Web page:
The AdaBoost algorithm of Freund and Schapire was the first practical boosting algorithm, and remains one of the most widely used and studied, with applications in numerous fields.

### Algorithm $$(x_i, y_i)$$ is a tuple where $$x_i$$ is features vector and $$y_i$$ is class label. In the begining, all tuples have same weigh represented by distribution $$D_t^i$$. In each iteration, we first train a weak learner using $$D_t$$, as long as the learner is better than random guess, the boosting can get a good result. If the learner is a decision tree, we should consider the weigh when calculating loss at every tree node for discriminator selection. By using the learner, we can get a weak hypothesis $$h_t$$ which maps features space to {-1, 1}. $$\epsilon_t$$ is the sum of weigh of misclassified tuples. By derivation, $$D_t$$ can be updated as above where $$\alpha_t$$ equals to $$\frac{1}{2}ln(\frac{1-\epsilon_t}{\epsilon_t})$$. After several rounds, we can get a strong classfier by combining trained weak learner with learner weigh $$\alpha_t$$. ### Derivation by Loss Function

For simplicity we have $$H(x)=\sum_{t=1}^{T}\alpha_th_t(x)$$ Forward Stagewise Additive Modeling
Input: $$T={(x_1,y_1),(x_2,y_2),…,(x_N,y_N)}$$
Loss Func: $$L(y,f(x))$$
Base Func Set: $$b(x;\gamma)$$
Output: $$f(x)=\sum_{m=1}^{M}\beta_mb(x;\gamma_m)$$
Algorithm:

• Initial$$f_0(x)=0$$
• For m $$\in$$ {1,2,3,…,M}
• $$(\beta_m,\gamma_m)=arg\min_{\beta,\gamma}\sum_{i=1}^{N}L(y_i,f_{m-1}(x_i)+\beta b(x_i;\gamma))$$
• $$f_m(x)=f_{m-1}(x)+\beta_mb(x;\gamma_m)$$
• $$f(x)=\sum_{m=1}^{M}\beta_mb(x;\gamma_m)$$

We suppose that loss function of Adaboost is exponential loss.

$$L(y,H(x))=\exp(-yH(x))$$ $$H_t(x)=H_{t-1}(x)+\alpha_th_t(x)$$

We aim to get
$$(\alpha_t,h_t(x))=arg\min_{\alpha,h}\sum_{i=1}^{m}\exp(-y_i(H_{t-1}(x_i)+\alpha h(x_i)))$$
The solution to problem with multiple parameters, we can fix $$H_{t-1}(x_i)$$ so that $$\exp(-y_iH_{t-1}(x_i))$$ is dependent to $$\alpha\ and\ h(x_i)$$. Set

$$D_t^i=\exp(-y_iH_{t-1}(x_i))$$ $$(\alpha_t,h_t(x))=arg\min_{\alpha,h}\sum_{i=1}^{m}D_t^i\exp(-y_i\alpha h(x_i))$$

For solving this equation, $$h_t(x)$$ has another equation.

$$h_t^*(x)=arg\min_h\sum_{i=1}^{m}D_t^iI(y_i \ne h(x_i))$$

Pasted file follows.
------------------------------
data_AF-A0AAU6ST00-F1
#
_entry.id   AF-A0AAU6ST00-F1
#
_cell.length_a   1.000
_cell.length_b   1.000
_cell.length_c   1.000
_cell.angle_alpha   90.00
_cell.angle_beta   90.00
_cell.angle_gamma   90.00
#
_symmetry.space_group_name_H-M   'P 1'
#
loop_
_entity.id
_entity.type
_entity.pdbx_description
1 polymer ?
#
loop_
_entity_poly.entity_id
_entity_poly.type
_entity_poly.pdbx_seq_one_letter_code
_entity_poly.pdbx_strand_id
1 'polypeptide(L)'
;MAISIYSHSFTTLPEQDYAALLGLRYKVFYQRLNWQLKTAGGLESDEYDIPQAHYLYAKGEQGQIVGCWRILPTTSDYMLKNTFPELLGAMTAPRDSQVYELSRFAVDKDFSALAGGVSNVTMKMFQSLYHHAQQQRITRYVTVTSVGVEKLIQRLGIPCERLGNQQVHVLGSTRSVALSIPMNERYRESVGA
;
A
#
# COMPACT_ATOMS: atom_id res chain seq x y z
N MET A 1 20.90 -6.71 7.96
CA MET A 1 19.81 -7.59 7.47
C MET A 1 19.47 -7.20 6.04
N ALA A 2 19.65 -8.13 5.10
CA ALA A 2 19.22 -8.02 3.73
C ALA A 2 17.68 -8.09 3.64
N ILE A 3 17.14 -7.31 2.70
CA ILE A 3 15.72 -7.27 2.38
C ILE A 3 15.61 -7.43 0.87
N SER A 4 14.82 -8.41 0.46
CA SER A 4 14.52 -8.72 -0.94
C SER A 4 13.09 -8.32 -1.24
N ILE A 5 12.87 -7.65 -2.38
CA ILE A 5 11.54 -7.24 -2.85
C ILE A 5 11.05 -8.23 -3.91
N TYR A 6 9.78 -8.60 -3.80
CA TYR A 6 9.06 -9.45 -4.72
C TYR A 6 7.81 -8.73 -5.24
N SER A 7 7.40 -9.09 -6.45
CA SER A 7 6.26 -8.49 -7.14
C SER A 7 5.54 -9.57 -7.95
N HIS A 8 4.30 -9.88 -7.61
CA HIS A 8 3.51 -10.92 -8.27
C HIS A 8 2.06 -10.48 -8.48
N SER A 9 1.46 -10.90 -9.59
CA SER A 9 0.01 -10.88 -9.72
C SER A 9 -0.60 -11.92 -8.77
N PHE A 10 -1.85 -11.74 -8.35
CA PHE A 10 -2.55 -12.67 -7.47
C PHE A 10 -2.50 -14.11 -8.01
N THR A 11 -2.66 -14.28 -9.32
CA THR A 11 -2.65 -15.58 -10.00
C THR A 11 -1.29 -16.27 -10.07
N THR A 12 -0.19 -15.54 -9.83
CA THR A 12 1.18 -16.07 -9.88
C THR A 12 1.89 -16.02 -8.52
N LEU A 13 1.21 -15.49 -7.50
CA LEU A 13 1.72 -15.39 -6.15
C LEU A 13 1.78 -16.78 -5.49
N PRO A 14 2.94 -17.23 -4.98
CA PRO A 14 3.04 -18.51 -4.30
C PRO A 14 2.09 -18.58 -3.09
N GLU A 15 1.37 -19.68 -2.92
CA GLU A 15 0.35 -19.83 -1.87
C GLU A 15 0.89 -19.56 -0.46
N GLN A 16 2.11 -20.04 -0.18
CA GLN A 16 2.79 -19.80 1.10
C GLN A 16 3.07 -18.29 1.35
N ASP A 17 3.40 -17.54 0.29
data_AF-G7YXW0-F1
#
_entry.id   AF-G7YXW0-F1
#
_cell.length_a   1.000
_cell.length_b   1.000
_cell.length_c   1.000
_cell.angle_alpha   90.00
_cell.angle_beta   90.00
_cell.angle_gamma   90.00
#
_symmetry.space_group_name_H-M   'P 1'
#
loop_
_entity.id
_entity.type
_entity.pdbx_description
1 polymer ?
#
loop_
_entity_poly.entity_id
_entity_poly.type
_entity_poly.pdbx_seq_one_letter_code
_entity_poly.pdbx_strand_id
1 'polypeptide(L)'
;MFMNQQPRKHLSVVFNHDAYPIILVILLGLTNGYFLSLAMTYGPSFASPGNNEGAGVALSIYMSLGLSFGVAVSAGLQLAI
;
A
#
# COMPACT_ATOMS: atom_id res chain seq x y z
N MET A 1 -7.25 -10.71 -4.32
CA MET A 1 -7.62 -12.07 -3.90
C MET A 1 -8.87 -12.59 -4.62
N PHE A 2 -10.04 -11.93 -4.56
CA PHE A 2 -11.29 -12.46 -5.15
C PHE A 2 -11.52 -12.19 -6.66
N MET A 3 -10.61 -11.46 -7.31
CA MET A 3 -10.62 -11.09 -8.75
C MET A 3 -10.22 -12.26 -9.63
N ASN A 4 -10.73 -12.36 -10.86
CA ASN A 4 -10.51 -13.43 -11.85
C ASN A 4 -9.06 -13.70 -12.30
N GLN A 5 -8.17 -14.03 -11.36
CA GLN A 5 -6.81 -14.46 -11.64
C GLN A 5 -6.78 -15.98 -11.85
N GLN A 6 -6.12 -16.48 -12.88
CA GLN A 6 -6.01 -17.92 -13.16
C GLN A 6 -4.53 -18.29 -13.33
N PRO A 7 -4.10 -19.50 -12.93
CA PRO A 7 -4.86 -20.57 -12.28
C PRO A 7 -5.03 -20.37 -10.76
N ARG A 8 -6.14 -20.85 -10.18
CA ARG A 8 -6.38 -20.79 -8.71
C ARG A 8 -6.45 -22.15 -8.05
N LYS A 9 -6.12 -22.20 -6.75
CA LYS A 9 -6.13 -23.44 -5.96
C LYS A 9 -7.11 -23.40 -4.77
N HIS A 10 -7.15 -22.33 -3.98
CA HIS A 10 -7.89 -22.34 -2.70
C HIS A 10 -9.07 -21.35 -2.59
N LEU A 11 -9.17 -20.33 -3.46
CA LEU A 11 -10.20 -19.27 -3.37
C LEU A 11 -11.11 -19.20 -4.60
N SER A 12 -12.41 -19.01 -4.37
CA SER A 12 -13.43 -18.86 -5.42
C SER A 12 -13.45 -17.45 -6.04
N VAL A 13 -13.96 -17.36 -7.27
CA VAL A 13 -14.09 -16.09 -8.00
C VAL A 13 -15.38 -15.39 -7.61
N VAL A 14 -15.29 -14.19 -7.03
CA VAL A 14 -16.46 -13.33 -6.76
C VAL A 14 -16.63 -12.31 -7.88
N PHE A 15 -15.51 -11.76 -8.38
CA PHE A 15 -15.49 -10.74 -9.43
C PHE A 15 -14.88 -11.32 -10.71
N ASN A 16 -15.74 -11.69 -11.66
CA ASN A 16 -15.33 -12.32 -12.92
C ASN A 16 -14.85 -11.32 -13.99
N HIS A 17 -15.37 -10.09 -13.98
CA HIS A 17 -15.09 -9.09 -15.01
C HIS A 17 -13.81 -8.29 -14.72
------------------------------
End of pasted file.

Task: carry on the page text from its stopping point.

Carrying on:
We can solve this by training a weak model.
Consider $$y_i \in \{-1,+1\}$$

$$\sum_{i=1}^{m}D_t^i\exp(-y_i\alpha h(x_i))$$ $$=\sum_{y_i=h_t(x_i)}D_t^ie^{-\alpha}+\sum_{y_i \ne h_t(x_i)}D_t^ie^{\alpha}$$ $$=\sum_{y_i=h_t(x_i)}D_t^ie^{-\alpha}+\sum_{y_i \ne h_t(x_i)}D_t^ie^{\alpha}$$ $$=e^{-\alpha}\sum_{i=1}^{m}D_t^i + (e^{\alpha}-e^{-\alpha})\sum_{i=1}^{m}D_t^iI(y_i \ne h(x_i))$$

From equation above, we can say that $$h_t^{*}(x)$$ can replace $$h_t(x_i)$$
Next, we need to get $$\alpha_t$$
$$\alpha_t=arg\min_{\alpha}e^{-\alpha}\sum_{i=1}^{m}D_t^i + (e^{\alpha}-e^{-\alpha})\sum_{i=1}^{m}D_t^iI(y_i \ne h_t^*(x_i))$$
Calculate derivative of the right part and make it 0 to get $$\alpha_t^*$$
We can get

$$\alpha_t^*=\frac{1}{2}ln\frac{1-e_t}{e_t}$$ $$e_t=\sum_{i=1}{m}D_t^iI(y_i \ne h_t^*(x_i))$$ $$\downarrow$$ $$e_t == \epsilon_t$$ $$D_{t+1}^i=\exp(-y_i(f_{m-1}(x_i)+\alpha_th_t(x_i)))=D_t^i\exp(-y_i\alpha_th_t(x_i))$$

This equation is similar to the update equation in Adaboost except for the normalization coefficient $$Z_t$$.

### Derivation by Upper Bound

#### Theorem:

Error is minimized by minimizing $$Z_t$$

#### Proof:

$$D_{t+1}^i=\frac{1}{m} \cdot \frac{e^{-y_i\alpha_1h_1(x_i)}}{Z_1} \cdot \ldots \cdot \frac{e^{-y_i\alpha_Th_T(x_i)}}{Z_T}$$ $$=\frac{e^{\sum_{t=1}^{T}-y_i\alpha_th_t(x_i)}}{m\prod_{t=1}^TZ_t}$$ $$=\frac{e^{-y_i\sum_{t=1}^{T}\alpha_th_t(x_i)}}{m\prod_{t=1}^TZ_t}$$ $$=\frac{e^{-y_if(x_i)}}{m\prod_{t=1}^TZ_t}$$

From figure below, we can find that $$I(H(x_i) \ne y_i) \le e^{-y_if(x_i)}$$ Thus we have

$$\frac{1}{m}\sum_{i=1}^{m}I(H(x_i) \ne y_i) \le \frac{1}{m}\sum_{i=1}^{m}e^{-y_if(x_i)}$$ $$=\sum_{i=1}^{m}(\prod_{t=1}^{T}Z_t)D_{t+1}^i$$ $$=\prod_{t=1}^{T}Z_t$$ Because $$\sum_{i=1}^{m}D_{t+1}^i == 1$$

According to this theorem, we should choose $$\alpha_t$$ to minimize $$Z_t$$
Remember that $$Z_t$$ is the normalization factor, so $$Z_t=\min_{\alpha_t}\sum_{i=1}^{m}D_t^i\exp(-y_i\alpha_th_t(x_i))$$
Making the first derivative of $$Z_t$$ with respect to $$\alpha_t$$ equals to zero

$$\frac{\delta Z_t}{\delta \alpha_t}=-\sum_{i=1}^{m}D_t^iy_ih_t(x_i)e^{-y_i\alpha_th_t(x_i)}=0$$ $$-\sum_{y_i=h_t(x_i)}D_t^ie^{-\alpha_t} + \sum_{y_i \ne h_t(x_i)}D_t^ie^{\alpha_t}=0$$ $$-(1-\epsilon_t)e^{-\alpha_t} + \epsilon_te^{\alpha_t}=0$$ $$\alpha_t=\frac{1}{2}ln\frac{1-\epsilon_t}{\epsilon_t}$$

The result is the same as deviations above.